Plenary Speakers: Kellee Tsai (Hong Kong University of Science and Technology), Frederike Welter (Institut für Mittelstandsforschung (IfM) Bonn) and Justin Webb (University of North Carolina at Charlotte)
This conference and subsequent special journal issue will examine capitalism and informality. More than a half-century of developmental discourse has portrayed informality as a signal of economic “backwardness”. From the writings of Max Weber to those of Clifford Geertz, Keith Hart, and Alfred Chandler, social scientific theories have suggested that as economies modernize, hierarchical and rationalized forms of economic organization will displace the “unorganized, unincorporated enterprises” and anomic agents of the informal economy. However, contrary to such predictions, informality remains the global norm. The informal economy continues to comprise at least half of all enterprises, a sizable majority of all jobs, and as much as 20 percent of gross domestic product in developed economies and 60 percent in emerging markets.
A recent generation of scholarship has begun to challenge the idea of the informal economy as a “little people’s alternative” — a static realm of simple, disorganized activity that exists outside of history. Studies have shown that, across different societal contexts, participation in the informal economy is driven by opportunity as well as by necessity, informal organizations can also structured and hierarchical, and informal entrepreneurship can play a powerful role in the reshaping of institutions. Scholars have also highlighted the interdependency of formal and informal economies. Informal enterprises and workers continue to supply critical labor, goods, and services that are used across the formal economy and most are intrinsically linked to formal firms. The informal economy is even facilitating the rise of new industries and new economic forms: artificial intelligence systems depend on “ghost laborers” to code the big data from which AI learns; offshore financial centers rely upon informal networks to arrive at understandings of acceptable practices; and sharing economies operate efficiently because of the services of informal middlemen. The informal thus remains inextricably interwoven with even the most modern elements of economies.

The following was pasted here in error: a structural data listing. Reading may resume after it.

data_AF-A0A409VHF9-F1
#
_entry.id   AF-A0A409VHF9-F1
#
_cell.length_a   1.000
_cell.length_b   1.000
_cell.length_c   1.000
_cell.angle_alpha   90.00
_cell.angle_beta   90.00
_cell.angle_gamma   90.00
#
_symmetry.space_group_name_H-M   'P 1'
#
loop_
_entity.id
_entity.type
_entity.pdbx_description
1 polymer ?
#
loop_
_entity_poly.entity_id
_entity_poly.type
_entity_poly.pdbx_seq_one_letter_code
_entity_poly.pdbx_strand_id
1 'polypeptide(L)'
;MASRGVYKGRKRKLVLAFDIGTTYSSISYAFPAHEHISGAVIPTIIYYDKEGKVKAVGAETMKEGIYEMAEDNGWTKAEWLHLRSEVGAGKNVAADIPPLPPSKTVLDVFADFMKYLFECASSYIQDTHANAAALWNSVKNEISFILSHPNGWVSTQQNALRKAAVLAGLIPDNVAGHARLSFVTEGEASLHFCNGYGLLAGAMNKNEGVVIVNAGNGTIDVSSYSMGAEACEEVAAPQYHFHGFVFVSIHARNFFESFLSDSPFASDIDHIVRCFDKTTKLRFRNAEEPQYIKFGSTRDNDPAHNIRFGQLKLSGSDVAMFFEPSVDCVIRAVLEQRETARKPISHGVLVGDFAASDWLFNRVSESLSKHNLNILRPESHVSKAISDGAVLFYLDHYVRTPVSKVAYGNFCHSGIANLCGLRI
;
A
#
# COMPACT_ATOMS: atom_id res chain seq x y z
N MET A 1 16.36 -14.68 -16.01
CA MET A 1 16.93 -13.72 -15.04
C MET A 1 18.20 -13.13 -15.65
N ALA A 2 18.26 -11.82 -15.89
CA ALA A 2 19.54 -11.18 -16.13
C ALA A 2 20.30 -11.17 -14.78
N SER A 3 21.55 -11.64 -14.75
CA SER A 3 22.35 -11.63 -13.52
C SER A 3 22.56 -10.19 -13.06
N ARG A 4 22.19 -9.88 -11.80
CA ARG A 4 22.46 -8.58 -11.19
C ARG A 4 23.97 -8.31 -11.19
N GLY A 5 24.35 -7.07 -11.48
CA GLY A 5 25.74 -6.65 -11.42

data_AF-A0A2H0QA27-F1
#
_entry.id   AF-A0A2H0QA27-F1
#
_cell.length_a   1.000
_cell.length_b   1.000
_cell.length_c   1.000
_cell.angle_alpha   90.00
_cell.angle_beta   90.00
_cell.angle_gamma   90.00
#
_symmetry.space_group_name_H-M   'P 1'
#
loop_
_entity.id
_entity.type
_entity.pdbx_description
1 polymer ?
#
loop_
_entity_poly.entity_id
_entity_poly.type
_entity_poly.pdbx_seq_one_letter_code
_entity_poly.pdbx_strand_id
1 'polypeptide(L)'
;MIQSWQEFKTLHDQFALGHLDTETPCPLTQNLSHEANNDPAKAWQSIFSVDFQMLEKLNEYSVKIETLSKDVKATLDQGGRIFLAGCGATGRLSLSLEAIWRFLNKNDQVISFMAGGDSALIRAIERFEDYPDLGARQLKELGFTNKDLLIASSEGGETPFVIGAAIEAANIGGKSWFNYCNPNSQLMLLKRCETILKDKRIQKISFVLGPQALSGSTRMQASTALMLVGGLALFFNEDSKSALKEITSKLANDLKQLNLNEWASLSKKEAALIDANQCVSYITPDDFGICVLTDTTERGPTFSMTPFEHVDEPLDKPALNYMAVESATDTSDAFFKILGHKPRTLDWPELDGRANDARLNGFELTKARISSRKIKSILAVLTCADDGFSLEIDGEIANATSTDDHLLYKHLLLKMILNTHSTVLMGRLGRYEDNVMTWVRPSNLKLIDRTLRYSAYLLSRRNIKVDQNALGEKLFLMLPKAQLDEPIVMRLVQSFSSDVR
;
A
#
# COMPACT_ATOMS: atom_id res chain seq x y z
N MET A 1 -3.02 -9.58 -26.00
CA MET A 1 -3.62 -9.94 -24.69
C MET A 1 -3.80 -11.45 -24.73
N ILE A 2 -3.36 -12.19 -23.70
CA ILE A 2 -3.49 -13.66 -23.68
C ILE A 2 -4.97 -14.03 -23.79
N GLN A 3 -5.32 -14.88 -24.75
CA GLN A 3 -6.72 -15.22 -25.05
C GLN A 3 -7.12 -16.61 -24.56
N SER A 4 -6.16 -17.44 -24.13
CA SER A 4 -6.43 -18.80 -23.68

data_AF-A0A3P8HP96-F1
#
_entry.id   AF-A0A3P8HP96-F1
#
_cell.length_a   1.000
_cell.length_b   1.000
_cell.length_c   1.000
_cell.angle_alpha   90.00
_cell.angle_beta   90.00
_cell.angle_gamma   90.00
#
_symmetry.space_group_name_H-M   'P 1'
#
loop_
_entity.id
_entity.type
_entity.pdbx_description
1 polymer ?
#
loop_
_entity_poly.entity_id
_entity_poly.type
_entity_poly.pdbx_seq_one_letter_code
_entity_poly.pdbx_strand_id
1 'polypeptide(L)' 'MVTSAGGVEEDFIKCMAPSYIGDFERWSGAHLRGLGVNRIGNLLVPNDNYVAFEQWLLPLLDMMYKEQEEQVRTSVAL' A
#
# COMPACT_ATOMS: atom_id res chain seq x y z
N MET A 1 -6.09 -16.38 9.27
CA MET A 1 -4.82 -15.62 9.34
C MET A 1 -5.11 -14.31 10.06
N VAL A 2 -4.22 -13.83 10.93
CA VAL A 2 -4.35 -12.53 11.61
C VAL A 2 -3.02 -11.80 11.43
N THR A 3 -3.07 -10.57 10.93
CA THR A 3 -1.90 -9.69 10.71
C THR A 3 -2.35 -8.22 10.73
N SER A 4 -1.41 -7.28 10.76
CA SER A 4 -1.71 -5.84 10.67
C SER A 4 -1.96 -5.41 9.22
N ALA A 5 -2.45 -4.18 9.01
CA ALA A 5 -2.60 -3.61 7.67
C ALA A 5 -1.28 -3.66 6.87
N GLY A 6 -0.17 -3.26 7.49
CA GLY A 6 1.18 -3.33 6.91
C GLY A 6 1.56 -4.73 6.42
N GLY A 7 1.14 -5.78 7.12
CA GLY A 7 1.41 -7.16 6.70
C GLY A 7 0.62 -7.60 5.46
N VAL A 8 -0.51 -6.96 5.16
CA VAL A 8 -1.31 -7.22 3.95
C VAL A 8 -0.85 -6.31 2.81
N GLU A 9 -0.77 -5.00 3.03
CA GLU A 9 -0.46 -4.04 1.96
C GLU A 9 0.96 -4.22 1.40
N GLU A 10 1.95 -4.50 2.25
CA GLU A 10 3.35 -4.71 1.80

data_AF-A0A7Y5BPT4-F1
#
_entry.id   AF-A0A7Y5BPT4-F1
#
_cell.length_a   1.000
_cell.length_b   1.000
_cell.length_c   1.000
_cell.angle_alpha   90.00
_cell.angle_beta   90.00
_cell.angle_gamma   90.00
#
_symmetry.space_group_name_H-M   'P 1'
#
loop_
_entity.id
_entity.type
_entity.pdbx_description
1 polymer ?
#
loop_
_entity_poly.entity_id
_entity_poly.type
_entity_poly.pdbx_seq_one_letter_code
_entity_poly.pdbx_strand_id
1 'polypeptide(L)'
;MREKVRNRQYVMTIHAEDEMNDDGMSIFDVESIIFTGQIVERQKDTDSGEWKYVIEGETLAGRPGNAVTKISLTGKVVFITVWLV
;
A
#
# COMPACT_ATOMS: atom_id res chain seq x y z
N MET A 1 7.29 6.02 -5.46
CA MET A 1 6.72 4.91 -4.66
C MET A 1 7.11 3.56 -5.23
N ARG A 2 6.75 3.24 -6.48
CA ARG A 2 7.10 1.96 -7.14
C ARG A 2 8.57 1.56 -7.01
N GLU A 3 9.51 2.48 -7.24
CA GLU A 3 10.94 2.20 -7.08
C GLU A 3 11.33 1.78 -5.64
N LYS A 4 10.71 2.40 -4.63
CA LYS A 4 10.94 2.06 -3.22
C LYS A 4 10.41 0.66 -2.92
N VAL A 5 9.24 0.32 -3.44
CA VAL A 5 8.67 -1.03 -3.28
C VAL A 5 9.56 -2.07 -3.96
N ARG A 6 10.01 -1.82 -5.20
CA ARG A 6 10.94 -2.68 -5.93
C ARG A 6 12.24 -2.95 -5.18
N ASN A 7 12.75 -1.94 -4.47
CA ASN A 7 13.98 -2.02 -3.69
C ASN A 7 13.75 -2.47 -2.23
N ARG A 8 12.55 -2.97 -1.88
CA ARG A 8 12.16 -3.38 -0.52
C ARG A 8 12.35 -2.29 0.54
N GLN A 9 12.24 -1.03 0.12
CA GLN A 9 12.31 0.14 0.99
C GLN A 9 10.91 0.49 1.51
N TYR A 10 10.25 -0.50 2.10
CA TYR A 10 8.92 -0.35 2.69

This conference will examine the persistence of informal economies and their relationship with economic transformation. It will explore how informal economies have developed complex organizational structures, have co-evolved in tandem with new industries and modes of production, and have shaped the broader economic and social contexts in which they are embedded. Download Flyer